The Roman Triumph
by Mary Beard
Belknap Press/Harvard University Press, 434 pp., $29.95
A triumphus was a victory procession through ancient Rome granted to generals after a successful military campaign. There is more evidence for the performance of this ceremony than for any other Roman ritual. It was a thing constantly talked about in Roman antiquity. You might expect, then, that a vast body of learning would have been formed around the custom. Unfortunately you would be right. Conjectures and conclusions grow from and around the triumphus like kudzu. It takes the mighty vorpal sword of Mary Beard to clear a path through this jabberwocky jungle, snicker-snack. She stands in the great tradition of myth-puncturing Latin classicists—scholars like Richard Bentley, Basil Gildersleeve, A.E. Housman, or Ronald Syme—when she points out that almost all the established views on the triumph are dubious or plain wrong.
Octavian’s Triumph (29 BCE)
According to Rome’s civic myth, the first triumph was celebrated by the city’s founder, Romulus. But Virgil has a prophecy of the ceremony given even before the time of Romulus, to the pre-founder, Aeneas. When Vulcan forges a shield for Aeneas, he includes on it the scene of Octavian’s triumph in Virgil’s own time. It shows a standard feature of triumphal description, a display of captured foes—in Octavian’s case, exotic peoples from Gaul and Africa and Asia Minor, wearing barbaric garb and gabbling weird languages. Beard says that reports of triumphs stressed the foreignness of the foe to show that Rome’s was a civilizing mission. But in the case of Octavian, the exotic note had to be struck most emphatically, to distract people from the fact that the principal foe Octavian had defeated at Actium in 31 BCE was a Roman leader, Marc Antony. The poet Lucan said there are no genuine triumphs in a civil war, since the victors and the vanquished are both Roman. That is why, as Ronald Syme put it, for the Actium war “it was necessary to invent a foreign danger that menaced everything that was Roman.”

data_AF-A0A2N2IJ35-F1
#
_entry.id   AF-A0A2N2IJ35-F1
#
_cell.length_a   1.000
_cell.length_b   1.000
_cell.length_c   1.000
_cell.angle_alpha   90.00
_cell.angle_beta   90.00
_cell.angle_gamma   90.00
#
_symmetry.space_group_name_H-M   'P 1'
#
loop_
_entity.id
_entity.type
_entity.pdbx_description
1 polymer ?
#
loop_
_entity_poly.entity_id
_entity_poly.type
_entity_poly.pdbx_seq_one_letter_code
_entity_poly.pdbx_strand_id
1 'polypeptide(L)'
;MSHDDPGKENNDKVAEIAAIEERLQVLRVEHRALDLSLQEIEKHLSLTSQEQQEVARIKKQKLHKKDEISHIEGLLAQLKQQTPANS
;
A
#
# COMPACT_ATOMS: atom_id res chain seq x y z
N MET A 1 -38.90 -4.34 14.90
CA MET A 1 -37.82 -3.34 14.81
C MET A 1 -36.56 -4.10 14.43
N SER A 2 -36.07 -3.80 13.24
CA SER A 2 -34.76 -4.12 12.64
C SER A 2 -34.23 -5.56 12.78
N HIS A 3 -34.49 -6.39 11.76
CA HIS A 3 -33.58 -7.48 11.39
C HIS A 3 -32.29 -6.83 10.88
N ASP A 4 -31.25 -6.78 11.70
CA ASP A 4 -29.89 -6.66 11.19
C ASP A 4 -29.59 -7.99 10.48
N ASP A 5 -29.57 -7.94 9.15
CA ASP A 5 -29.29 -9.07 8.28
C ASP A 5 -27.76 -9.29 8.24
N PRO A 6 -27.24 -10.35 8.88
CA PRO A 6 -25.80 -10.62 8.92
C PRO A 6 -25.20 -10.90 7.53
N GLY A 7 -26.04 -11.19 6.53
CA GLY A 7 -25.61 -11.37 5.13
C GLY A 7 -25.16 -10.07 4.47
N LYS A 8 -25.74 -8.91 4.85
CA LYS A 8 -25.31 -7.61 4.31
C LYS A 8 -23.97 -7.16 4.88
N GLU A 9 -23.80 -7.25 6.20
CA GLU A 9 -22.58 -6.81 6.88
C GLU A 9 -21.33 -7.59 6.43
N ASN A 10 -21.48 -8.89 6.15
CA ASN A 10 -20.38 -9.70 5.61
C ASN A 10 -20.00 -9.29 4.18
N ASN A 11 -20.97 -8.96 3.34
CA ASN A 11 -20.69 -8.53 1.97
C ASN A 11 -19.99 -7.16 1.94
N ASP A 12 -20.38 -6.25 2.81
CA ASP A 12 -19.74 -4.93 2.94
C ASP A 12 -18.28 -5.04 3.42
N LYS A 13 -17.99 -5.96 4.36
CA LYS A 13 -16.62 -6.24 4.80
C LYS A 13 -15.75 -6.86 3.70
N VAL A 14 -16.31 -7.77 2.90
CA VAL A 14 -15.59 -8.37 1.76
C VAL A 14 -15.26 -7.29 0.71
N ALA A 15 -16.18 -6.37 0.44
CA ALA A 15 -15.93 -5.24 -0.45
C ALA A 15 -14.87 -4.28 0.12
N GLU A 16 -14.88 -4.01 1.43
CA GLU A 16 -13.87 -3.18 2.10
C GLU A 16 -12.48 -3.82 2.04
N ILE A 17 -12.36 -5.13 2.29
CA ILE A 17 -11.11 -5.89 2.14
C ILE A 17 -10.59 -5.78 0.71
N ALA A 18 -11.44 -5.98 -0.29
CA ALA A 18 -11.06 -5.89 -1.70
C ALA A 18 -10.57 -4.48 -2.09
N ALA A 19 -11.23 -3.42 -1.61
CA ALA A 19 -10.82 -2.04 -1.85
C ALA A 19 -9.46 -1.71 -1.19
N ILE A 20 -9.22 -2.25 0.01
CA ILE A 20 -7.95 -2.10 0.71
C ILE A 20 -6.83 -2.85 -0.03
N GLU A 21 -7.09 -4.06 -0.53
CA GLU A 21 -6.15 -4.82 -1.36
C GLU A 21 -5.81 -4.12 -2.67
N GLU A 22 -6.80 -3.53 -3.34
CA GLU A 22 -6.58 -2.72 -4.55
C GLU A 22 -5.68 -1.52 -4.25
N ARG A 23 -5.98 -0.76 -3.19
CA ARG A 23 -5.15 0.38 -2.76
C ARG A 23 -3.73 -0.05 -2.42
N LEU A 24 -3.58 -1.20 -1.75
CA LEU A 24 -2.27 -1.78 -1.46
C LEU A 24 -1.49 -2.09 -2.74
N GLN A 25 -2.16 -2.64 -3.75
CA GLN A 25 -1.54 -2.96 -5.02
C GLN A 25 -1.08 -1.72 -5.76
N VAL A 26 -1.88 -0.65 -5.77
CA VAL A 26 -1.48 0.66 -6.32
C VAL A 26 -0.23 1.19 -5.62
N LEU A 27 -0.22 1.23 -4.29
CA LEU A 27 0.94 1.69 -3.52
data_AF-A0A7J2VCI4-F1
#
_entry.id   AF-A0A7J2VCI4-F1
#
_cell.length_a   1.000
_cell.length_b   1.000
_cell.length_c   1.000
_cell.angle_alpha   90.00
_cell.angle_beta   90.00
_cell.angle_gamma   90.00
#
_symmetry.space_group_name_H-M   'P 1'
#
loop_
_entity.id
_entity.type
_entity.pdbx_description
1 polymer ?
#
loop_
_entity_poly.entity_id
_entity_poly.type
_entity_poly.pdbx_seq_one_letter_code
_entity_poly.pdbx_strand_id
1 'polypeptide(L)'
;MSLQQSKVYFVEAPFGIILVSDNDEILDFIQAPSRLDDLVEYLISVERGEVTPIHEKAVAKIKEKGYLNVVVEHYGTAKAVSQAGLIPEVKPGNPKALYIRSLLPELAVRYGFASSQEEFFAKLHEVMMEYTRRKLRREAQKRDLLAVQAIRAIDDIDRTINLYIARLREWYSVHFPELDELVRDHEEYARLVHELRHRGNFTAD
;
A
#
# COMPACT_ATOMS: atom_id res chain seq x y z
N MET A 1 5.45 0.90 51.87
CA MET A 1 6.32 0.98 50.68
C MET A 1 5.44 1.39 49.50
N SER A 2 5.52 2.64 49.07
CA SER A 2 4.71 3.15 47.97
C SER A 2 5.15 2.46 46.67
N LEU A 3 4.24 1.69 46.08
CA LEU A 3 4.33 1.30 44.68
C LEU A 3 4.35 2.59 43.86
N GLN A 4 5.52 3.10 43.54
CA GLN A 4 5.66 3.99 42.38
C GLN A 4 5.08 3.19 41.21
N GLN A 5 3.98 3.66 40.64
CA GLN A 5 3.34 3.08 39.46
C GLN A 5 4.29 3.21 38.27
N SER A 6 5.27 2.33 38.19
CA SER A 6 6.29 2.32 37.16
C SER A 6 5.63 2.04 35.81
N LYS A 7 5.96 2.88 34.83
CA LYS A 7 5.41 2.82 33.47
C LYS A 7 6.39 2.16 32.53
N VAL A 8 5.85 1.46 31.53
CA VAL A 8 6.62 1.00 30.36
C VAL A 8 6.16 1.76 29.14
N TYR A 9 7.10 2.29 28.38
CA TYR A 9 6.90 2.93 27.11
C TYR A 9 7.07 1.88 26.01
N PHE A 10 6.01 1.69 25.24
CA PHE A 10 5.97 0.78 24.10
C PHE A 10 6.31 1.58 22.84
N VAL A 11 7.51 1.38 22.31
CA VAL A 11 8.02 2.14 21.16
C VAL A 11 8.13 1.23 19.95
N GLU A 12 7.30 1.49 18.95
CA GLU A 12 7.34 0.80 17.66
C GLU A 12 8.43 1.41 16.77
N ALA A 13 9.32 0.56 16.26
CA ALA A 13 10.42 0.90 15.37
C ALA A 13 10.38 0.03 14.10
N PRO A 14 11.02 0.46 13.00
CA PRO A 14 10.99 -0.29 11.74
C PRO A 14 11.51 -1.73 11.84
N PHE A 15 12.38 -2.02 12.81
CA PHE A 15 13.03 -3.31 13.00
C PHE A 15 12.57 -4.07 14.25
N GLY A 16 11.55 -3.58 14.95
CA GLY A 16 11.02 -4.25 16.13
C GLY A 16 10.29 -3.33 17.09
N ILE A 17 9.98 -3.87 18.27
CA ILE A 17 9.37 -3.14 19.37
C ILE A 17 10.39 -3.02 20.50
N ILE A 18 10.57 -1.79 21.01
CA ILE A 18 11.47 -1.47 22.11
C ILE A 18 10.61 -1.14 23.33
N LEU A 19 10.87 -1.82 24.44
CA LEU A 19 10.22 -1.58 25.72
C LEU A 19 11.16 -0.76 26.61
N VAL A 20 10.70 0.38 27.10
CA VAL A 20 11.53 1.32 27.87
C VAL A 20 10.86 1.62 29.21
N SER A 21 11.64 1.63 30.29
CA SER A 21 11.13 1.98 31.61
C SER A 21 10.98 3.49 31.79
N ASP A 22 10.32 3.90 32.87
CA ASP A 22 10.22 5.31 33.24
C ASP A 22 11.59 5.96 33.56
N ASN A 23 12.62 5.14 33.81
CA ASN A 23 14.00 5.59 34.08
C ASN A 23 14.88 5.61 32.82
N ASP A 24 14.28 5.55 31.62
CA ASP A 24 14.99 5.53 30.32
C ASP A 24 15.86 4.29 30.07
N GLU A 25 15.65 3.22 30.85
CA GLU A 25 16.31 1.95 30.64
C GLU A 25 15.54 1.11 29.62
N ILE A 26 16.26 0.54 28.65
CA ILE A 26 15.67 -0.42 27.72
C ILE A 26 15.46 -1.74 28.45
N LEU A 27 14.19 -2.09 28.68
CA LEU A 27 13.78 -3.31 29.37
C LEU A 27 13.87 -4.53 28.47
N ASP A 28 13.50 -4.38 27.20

When Marc Antony’s consort, Cleopatra, is represented by Virgil on Aeneas’ shield, her Egyptianness is highlighted, not the fact that she was of Macedonian descent and had reigned as part of the Roman system under Caesar and Antony and had children by both men. Instead, we are told that she fights against Roman deities with “a rabble of unnatural gods, including the barking Dog-God” (Aeneid 8:698). Cleopatra is not herded along in Octavian’s triumph with other defeated foreigners, since she committed suicide in Alexandria precisely to avoid this fate—or so Horace claimed in a famous ode.
This is often taken to mean that she thwarted Octavian’s demands, achieving her own paradoxical triumph. But Beard and others doubt that Octavian was disappointed. He did not really want to have Cleopatra on his hands in Rome. What would he do with her? Kill her? Beard shows that, contrary to the historians’ myth, few of those paraded in triumphs …